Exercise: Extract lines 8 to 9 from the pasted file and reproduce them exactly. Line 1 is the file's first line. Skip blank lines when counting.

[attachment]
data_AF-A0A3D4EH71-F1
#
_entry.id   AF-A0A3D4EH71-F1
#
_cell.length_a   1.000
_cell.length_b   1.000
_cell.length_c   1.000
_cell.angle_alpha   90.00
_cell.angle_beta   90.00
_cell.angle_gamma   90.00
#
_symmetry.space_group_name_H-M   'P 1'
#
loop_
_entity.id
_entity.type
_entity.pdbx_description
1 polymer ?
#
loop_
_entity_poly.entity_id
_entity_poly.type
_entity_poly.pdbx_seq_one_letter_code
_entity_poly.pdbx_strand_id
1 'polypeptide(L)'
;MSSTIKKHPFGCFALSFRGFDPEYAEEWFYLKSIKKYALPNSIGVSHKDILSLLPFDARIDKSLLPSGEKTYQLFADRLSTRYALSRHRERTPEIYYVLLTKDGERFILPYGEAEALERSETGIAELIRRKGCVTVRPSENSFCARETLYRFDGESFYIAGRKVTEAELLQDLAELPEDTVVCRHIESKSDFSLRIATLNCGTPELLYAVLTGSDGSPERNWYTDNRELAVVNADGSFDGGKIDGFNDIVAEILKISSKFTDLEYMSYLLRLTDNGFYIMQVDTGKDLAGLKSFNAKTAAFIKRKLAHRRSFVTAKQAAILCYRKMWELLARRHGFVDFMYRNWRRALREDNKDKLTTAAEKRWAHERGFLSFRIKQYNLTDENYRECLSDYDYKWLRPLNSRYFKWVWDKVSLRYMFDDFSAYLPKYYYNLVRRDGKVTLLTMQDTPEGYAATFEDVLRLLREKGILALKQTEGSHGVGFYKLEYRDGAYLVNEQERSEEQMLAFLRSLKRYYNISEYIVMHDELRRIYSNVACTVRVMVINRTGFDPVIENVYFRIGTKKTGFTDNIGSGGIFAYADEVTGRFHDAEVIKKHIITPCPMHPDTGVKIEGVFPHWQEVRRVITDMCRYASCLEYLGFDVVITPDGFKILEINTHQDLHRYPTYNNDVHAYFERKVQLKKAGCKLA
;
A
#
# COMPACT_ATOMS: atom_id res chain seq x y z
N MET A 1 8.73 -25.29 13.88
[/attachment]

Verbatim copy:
_cell.angle_alpha   90.00
_cell.angle_beta   90.00